On Jun 25, 2005, at 6:08 PM, Michael T. Halligan wrote:
> I believe you can create a redhat-style iptables file, after you've
> created your policy by running iptables-save .. Not the best
> solution, but a workable one.
> Otherwise, FWbuilder is nice, but in my experience it's somewhat
> buggy. I've never been able to get it to work reliably enough
> to create a policy all the way through on any platform it supports.
I am the author of Firewall Builder. May I ask what bugs you've
encountered? I would like to fix them, of course. You can contact me
off the list.
As far as generating iptables config that can be used with iptables-
restore directly, the thing is, Firewall Builder does some extra work
preparing the system besides just generating iptables rules. For
example, it can configure alias IP addresses on interfaces to make
sure NAT rules work even if they use IP address that are not the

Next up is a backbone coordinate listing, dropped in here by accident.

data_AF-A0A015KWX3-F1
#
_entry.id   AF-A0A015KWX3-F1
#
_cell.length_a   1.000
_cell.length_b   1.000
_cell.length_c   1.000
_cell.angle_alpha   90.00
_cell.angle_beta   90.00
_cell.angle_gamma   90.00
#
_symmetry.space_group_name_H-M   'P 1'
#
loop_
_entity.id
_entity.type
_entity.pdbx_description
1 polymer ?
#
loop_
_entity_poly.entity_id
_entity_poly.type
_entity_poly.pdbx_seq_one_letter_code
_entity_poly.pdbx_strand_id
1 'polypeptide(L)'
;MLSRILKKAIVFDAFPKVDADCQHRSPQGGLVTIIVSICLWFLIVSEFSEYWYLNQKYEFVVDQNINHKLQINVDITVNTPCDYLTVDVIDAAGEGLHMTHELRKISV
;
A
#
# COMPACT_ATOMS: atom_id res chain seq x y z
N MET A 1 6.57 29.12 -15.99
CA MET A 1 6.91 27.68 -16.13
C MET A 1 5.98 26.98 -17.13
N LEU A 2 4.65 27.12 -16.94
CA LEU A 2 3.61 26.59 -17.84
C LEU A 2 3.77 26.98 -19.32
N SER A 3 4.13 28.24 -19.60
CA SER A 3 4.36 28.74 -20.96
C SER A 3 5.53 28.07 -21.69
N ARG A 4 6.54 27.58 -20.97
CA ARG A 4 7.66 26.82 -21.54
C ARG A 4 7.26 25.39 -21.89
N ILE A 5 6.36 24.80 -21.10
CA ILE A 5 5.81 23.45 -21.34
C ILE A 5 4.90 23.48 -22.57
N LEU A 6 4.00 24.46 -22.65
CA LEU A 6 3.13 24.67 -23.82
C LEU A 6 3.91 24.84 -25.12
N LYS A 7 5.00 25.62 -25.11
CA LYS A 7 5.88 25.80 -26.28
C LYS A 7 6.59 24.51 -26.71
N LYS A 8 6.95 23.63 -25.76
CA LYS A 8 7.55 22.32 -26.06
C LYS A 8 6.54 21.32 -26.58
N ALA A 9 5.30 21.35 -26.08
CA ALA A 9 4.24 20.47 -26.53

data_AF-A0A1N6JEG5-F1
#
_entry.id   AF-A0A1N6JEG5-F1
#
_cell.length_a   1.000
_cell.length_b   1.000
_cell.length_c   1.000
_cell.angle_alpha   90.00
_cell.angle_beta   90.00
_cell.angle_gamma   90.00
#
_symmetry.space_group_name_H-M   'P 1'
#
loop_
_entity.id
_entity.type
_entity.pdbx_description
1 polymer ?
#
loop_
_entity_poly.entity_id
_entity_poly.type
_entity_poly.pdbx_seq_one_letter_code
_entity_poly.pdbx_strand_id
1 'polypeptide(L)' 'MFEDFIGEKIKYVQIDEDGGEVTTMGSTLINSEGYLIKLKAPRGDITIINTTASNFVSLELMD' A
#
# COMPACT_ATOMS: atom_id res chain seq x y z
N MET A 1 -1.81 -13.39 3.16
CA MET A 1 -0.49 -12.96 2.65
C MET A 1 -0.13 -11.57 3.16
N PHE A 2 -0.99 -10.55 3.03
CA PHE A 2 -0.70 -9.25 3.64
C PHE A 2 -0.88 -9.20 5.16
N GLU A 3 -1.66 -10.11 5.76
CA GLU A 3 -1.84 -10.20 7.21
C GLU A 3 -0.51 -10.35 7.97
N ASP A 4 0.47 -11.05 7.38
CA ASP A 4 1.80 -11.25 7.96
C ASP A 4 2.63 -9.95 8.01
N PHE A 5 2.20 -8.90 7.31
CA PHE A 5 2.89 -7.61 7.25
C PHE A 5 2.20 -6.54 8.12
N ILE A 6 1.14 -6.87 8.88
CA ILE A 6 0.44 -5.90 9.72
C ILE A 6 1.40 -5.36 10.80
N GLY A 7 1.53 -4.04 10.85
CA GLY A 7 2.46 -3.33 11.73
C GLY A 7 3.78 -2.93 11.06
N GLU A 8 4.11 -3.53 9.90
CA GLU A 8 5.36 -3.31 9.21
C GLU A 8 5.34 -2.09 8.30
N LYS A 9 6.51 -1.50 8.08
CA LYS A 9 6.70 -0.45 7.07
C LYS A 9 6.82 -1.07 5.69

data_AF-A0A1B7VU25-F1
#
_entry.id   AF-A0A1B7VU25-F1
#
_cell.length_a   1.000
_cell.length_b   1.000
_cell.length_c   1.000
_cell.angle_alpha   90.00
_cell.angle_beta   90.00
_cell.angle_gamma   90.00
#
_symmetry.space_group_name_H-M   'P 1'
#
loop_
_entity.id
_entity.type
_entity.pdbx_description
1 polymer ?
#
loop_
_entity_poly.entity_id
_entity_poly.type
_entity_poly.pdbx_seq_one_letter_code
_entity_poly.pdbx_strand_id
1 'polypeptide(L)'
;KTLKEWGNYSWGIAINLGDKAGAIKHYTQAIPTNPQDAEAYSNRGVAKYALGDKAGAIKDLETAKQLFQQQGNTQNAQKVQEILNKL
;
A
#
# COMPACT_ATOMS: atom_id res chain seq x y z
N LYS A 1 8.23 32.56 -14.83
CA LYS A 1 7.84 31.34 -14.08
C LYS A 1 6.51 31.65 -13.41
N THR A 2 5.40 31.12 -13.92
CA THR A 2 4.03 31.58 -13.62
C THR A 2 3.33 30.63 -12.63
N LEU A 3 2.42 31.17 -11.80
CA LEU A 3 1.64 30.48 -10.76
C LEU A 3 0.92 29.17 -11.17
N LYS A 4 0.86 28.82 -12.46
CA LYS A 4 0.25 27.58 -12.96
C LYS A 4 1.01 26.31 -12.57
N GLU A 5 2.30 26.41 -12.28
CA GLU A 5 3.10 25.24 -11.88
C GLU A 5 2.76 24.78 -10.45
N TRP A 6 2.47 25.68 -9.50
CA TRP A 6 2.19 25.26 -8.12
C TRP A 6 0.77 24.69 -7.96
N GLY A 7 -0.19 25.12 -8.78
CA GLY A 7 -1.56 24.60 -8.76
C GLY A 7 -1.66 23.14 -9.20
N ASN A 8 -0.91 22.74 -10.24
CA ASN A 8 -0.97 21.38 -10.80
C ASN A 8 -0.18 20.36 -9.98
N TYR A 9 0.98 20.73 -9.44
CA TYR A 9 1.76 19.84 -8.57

primary ones on the interfaces. You do not have to use this feature,
it is optional, but many users asked for it. It can also set or clear
various kernel parameters, such as ip forwarding, various TCP
parameters etc. Generated script can also read an address of an
interface at the moment of policy activation and use it in the rules.
This way we can generate correct anti-spoofing rules even for
firewalls with dynamic addresses and do other neat things, such as
use "wild card" interfaces in the policies. The same mechanism is
used when you create one policy and then deploy it on multiple
servers or firewalls that have similar configuration but different
> Ted Kaczmarek wrote:
>> On Tue, 2005-05-24 at 12:25 -0400, DJ Gregor wrote:
>>> In terms of ACL compilers, has anyone looked at Firewall
>>> Builder? It looks to have a general XML format that defines the
>>> policy (although at a low-level, in terms of ports and devices),
>>> along with translators from the XML format into implementation-
>>> specific configuration statements.
>>> I've also seen the same thing done in a commercial product where
>>> not only the firewall configuration, but the entire device
>>> configuration was specified in an XML language that was
>>> translated to operating system-specific configurations (for
>>> multiple OSes, even). The XML configurations were per-device,
>>> not per-network, however.
>>> - djg
>> I would like it a lot more if it generated redhat style iptables
>> file :-)
>> It is a most popular tool used by lots of people I know.
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